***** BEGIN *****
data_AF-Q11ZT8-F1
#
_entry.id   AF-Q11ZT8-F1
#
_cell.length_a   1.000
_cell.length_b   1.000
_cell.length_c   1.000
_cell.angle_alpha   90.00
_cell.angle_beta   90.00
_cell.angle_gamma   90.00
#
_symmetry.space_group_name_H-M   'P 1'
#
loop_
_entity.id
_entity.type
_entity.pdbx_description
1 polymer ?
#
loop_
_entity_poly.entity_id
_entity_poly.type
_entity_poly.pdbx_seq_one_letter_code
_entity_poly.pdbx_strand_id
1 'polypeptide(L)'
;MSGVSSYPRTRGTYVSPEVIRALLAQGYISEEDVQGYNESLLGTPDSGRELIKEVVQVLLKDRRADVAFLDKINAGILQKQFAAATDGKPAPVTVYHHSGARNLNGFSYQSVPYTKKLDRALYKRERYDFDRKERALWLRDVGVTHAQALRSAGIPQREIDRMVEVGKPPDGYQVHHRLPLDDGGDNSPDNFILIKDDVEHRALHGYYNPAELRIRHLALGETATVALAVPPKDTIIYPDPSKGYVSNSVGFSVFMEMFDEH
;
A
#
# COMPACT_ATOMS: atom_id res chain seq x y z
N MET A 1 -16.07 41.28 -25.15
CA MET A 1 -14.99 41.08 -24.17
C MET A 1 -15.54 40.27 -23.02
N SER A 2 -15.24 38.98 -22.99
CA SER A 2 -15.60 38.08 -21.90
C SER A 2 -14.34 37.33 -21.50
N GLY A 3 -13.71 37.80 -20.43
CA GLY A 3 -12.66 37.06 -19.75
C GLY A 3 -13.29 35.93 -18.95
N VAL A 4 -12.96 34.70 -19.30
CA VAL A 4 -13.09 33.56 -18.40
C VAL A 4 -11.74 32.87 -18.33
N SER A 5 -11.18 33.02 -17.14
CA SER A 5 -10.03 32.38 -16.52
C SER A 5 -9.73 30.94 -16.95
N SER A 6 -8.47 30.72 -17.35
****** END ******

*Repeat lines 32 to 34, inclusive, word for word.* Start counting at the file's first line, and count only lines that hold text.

CA MET A 1 -14.99 41.08 -24.17
C MET A 1 -15.54 40.27 -23.02
N SER A 2 -15.24 38.98 -22.99